The first detailed descriptions of laparoscopic management and treatment of patients with gynecologic cancers were reported approximately 30 years ago [6]. Since that time, an increasing number of advanced laparoscopic techniques have been used in the management of gynecologic malignancies including second-look laparoscopy, laparoscopic lymphadenectomy, laparoscopically assisted vaginal hysterectomy, and laparoscopically assisted radical vaginal hysterectomy [7].
In case of ovarian malignancies, the advancement in laparoscopic surgery offered some advantages over previous laparotomy including smaller incisions, improved visualization, less blood loss, reduction in the need for analgesics, decreased morbidity and rapid recovery.
But increasing amount of literature describes postoperative tumor growth at the specific puncture sites associated with trocar placement [1,3].
The true incidence of port-site metastases in patients with gynecologic malignancies has not been clearly defined and wide range of incidence was reported by several studies. Childers et al. [3] reported port-site metastases in 1 of 88 patients (1.4% per procedure) undergoing a laparoscopic procedure for ovarian cancer and 1% per procedure for gynecologic cancers in general, while Kruitwagen et al. [1] reported the incidence of port-site metastases to be 16% in patients with ovarian cancer undergoing laparoscopic procedures 9 to 35 days prior to the initial debulking procedure. And van Dam et al. [8] reported port-site metastases in 9% of patients (9/104) undergoing laparoscopic procedures for primary or recurrent ovarian cancer.
Although the concept of tumor cell contamination of the surgical wound was described over 40 years ago [9], the mechanism by which wound metastases occurs is still not completely understood. Hypotheses specific to laparoscopy include exfoliation and spread of tumor cells by laparoscopic instruments, direct implantation at the trocar site by frequent changes of instruments, direct implantation from the passage of the specimen, the presence of the pneumoperitoneum, which can create a "chimney effect" that causes an increase in the passage of tumor cells at port-sites, and preferential growth of malignant cells at areas of laparoscopic peritoneal perforation [10].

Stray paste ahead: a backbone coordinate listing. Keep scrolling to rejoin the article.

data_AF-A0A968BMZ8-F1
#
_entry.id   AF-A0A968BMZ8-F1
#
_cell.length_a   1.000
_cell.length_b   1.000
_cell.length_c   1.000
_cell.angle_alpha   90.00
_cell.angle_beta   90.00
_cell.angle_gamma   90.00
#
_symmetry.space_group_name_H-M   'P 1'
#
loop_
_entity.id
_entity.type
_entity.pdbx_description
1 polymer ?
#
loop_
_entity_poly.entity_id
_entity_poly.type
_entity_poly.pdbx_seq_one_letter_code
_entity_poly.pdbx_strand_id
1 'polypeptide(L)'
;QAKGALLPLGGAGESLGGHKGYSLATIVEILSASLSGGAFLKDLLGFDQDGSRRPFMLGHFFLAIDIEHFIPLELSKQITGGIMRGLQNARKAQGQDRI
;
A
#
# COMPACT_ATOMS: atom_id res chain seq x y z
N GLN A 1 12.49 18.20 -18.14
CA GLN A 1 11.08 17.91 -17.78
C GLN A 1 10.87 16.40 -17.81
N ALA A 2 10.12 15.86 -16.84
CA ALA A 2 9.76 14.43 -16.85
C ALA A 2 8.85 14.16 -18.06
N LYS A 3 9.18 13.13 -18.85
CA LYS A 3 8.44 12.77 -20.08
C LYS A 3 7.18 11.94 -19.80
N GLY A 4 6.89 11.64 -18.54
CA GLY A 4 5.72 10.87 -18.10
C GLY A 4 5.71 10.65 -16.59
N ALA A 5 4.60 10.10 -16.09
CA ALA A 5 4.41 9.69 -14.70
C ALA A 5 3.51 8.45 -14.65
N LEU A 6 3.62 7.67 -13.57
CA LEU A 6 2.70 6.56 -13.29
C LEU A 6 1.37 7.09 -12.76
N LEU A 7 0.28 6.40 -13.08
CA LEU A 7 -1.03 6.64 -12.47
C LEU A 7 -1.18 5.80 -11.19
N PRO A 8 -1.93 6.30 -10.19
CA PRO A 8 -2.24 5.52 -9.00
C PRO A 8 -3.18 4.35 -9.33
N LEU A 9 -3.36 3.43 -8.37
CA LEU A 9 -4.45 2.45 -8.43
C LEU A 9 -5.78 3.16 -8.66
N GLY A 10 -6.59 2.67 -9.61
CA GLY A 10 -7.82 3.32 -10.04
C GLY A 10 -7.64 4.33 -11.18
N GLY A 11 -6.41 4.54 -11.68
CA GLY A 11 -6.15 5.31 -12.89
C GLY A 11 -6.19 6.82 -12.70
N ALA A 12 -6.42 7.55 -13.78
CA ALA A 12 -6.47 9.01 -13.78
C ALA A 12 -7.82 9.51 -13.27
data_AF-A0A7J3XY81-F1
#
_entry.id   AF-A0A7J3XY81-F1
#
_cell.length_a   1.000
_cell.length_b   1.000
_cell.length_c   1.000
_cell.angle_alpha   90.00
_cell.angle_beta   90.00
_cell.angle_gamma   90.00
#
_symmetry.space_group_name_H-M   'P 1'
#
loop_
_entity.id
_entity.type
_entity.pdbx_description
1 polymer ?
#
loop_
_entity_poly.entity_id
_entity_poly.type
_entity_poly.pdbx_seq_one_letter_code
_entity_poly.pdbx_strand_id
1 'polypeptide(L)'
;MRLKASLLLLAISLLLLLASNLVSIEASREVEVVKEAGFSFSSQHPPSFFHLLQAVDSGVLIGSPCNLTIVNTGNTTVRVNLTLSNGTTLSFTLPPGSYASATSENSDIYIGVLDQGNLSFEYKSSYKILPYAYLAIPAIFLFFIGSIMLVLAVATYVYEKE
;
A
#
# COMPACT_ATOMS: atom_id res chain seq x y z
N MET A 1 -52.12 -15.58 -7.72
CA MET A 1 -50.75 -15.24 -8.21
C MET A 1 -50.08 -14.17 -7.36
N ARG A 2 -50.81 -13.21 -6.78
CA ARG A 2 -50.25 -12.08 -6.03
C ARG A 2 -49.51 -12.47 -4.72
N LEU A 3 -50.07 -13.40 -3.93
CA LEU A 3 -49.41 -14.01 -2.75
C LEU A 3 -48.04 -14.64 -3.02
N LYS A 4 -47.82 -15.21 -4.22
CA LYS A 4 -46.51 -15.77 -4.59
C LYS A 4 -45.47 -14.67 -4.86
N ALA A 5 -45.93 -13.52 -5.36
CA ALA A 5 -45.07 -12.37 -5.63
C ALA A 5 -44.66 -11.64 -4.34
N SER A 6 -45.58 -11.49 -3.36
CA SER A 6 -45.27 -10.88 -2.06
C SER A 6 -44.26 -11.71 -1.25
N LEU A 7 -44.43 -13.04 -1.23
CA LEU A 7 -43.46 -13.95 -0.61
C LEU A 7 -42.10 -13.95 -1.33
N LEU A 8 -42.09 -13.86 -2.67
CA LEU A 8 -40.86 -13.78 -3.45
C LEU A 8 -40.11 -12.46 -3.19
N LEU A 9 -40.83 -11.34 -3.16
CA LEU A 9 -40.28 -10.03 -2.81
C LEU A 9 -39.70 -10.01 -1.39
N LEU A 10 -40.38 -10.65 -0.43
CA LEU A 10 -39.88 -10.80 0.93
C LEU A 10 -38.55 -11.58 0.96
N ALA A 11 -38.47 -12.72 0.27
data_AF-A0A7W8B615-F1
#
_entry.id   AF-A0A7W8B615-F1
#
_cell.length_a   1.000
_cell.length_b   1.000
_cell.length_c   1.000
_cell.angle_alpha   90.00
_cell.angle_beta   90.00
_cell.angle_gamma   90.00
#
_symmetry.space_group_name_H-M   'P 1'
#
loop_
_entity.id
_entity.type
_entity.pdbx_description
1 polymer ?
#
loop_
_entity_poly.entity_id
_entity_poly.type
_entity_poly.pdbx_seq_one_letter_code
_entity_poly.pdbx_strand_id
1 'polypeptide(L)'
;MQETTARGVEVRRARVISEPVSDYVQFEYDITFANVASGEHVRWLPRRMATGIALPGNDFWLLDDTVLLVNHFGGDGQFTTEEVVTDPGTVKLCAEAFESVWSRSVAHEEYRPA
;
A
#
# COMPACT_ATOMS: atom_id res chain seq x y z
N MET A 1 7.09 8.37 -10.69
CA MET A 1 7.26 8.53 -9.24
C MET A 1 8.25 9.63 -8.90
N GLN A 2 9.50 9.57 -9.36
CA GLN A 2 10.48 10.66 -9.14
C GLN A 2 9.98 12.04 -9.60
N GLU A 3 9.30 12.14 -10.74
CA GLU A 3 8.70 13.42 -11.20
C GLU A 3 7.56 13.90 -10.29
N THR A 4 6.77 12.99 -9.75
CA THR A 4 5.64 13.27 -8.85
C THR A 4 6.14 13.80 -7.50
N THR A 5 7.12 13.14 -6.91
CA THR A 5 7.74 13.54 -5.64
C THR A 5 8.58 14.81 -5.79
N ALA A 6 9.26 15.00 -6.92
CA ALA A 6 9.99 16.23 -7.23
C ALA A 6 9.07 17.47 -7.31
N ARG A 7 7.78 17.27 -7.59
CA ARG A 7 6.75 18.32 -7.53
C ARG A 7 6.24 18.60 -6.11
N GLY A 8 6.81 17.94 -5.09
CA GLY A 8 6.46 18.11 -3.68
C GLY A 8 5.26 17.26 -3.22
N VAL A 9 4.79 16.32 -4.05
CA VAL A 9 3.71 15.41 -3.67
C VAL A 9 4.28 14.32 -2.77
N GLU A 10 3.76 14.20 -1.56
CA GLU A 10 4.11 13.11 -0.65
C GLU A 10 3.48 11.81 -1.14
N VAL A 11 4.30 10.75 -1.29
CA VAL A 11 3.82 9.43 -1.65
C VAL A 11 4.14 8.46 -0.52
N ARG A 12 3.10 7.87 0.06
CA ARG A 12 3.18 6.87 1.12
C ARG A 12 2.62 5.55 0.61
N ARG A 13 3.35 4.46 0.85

The prognostic effect of port-site metastases is not fully understood yet, but Huang et al. [4] reported it is associated with poor outcome. Therefore it is of worthy to prevent port-site metastases, and whenever a female patient has elevated serum level of CA-125 and ascites cytology shows adenocarcinoma, we should consider the possibility of primary peritoneal cancer or normal sized ovarian cancer [11] in case of imaging studies show normal sized ovaries. To prevent the laparoscopic port-site metastases of these patients, all the suspicious patients must be referred to gynecologic oncologists first. If the gynecologic oncologist decided to do the laparoscopic biopsy rather than debulking surgery, the plastic retrieval bag should be used when removing the specimen through 11 mm or 12 mm trocar to prevent cancer cell implantation. But in case of large amount of ascites are present, it would be better to do the primary debulking surgery rather than to do laparoscopic biopsy.

Figures and Tables

Fig. 1
The MRI finding of extrafascial metastatic mass (green line measured) after laparoscopic operation.
Fig. 2
Post debulking surgery including abdominal wall mass removal.